Nick Kent Photography | www.nickkentphotgraphy.com

You’ve played in multiple countries, including at some pretty impressive venues in the UK. What is life on tour really like, and what are some of your favourite memories from on the road?

It’s not as glamorous as people might think. Certainly not on the level I tour at.


It’s sleeping on sofa’s, smelly backstage areas (or none at all) in which you have to eat and chill out. It’s visiting lots of different places but not actually seeing them, but when you get it right, it’s the best.


I don’t think touring is for everyone and I don’t think there’s any shame in not doing it and just doing local shows. My favourite touring memories involve the times when I’ve allowed myself a bit more time to enjoy where you’re playing.


I had a great day and gig in Berlin back in Sept 2017, and an incredible time and gig in Sydney in March 2014. I love it all, as long as you’re touring with good people, then it’s so much fun.

You’ve been able to create and sustain a living from music for 13 years now - with both original projects and session work. What are your top 3 tips for aspiring musicians aiming to make a living from music?

I became a self employed musician in July 2007, although I started gigging when I was 13 (1998) and was definitely on my way to being full time when I was still studying music from 2003 until that summer of 2007.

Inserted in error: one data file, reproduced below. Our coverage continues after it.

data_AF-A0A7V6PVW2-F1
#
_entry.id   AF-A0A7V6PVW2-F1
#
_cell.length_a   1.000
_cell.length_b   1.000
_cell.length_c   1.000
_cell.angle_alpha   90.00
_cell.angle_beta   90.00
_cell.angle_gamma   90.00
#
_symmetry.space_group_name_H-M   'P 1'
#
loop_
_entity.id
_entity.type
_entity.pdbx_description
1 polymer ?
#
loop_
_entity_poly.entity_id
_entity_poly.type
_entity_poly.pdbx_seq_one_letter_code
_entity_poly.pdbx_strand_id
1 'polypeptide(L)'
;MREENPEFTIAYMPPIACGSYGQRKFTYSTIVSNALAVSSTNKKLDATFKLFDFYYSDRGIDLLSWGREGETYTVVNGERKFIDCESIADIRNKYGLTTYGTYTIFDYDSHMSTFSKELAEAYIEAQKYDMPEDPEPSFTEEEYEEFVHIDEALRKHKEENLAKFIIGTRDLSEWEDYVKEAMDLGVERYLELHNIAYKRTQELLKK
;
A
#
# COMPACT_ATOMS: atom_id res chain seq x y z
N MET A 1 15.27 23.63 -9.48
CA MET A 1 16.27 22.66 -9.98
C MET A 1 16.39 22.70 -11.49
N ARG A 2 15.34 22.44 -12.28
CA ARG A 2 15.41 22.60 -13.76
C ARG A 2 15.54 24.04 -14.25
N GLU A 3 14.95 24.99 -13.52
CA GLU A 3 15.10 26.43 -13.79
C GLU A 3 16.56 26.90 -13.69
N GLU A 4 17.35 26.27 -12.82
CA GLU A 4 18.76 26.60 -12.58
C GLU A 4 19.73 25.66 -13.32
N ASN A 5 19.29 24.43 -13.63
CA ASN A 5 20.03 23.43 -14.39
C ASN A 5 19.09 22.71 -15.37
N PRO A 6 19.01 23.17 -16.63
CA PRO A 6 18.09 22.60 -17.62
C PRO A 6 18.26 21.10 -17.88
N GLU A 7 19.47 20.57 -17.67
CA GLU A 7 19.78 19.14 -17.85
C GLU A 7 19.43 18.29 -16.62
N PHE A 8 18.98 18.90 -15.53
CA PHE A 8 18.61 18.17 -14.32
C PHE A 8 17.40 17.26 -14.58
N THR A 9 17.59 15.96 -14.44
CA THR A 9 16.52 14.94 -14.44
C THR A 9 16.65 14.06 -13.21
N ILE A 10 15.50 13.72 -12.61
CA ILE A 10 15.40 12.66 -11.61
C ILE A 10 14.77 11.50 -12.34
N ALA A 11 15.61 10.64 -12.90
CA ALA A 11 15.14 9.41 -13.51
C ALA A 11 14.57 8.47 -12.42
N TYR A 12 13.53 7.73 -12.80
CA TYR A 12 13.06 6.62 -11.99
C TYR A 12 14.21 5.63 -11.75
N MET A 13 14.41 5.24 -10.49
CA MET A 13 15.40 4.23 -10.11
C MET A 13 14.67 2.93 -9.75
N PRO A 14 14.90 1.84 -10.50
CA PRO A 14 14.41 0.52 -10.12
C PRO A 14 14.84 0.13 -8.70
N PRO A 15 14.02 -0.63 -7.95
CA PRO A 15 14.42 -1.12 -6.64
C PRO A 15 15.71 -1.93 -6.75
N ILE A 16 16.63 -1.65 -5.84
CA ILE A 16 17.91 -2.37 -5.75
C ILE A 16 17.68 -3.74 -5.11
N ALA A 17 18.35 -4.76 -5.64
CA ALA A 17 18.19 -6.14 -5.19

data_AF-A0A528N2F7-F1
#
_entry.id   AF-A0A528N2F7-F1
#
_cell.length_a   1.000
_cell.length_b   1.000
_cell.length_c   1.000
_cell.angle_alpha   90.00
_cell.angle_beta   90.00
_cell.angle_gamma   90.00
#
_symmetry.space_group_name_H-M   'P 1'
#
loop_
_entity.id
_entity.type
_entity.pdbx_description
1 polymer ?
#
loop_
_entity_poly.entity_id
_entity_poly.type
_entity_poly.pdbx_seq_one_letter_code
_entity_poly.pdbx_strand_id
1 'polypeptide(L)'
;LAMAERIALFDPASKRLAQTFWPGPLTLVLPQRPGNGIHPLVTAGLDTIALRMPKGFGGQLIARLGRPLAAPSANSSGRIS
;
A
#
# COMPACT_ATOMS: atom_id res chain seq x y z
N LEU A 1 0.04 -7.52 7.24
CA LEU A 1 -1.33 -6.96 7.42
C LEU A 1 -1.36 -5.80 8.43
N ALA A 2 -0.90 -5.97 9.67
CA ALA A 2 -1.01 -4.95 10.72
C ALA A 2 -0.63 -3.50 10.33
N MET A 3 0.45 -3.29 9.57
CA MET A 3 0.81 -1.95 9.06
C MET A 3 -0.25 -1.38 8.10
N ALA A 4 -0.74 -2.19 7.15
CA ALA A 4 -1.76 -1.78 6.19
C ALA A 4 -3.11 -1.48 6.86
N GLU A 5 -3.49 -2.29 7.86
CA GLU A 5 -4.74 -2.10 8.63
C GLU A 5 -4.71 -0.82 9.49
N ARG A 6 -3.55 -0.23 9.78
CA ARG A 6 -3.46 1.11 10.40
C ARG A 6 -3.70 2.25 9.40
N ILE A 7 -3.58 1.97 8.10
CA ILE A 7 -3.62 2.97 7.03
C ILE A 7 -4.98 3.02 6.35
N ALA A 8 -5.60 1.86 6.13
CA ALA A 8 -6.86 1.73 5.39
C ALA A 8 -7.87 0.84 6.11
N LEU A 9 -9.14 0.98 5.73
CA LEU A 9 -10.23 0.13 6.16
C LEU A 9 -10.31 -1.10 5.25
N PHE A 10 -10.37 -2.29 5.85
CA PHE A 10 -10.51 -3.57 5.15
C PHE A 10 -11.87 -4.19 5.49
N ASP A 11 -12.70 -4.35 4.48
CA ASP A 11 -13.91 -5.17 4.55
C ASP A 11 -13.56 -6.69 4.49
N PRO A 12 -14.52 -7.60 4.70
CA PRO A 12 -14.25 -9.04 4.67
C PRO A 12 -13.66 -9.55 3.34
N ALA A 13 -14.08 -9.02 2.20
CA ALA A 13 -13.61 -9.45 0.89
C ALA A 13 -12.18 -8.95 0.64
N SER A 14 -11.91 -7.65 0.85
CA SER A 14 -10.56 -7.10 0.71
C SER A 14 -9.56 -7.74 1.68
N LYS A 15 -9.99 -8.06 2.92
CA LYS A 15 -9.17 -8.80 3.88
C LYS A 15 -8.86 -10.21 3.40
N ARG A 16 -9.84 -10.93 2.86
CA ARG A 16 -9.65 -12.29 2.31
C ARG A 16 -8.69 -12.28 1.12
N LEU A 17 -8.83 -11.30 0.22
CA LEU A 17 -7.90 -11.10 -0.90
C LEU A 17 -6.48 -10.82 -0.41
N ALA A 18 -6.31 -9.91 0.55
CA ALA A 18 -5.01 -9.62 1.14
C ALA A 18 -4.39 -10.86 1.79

Top three tips… surround yourself with good people. Don’t forget why you wanted to do this in the first place. Take time off when you need it.

Are there any aspects of being a musician/in the industry that you wish more people knew about?

I wish that the negative attention brought upon streaming had a more balanced view point. Often people who moan about not getting paid enough by Spotify are people who have signed bad deals,

Nick Kent Photography | www.nickkentphotography.com

or people who are just bitter about their own level of success in the industry.


Streaming has opened up a whole new source of income which hasn’t actually ruined the sale of physical products for smaller independent acts. We still sell CDs and Vinyl at gigs and on our stores, there is still a demand for a physical product, but you also get the consistent amounts of money coming into your account years after the release from streaming.


My top streamed song on Spotify has less than 60000 streams, and yet I earn £50- £200 a month from it… To me it’s bonus money and it really does add up.


Bigger artists are giving away huge cuts to their record labels and then they’re giving away more of what they get to their management… and they moan that they’re not earning enough.. Funny how you never hear the labels say this?



Who, or what, inspires you on a business level?

I don’t really know how to answer this. I’m inspired to try and create things that I’m proud of and to do that I’ve adopted the mentality of a small business person.


I imagine what It must be like to run the local village shop and how I would treat all my regulars.


I’m then inspired by my regulars to try and run the best village shop I could run so they can be proud to give it their patronage. I’m not sure where I get this from, but it helps me.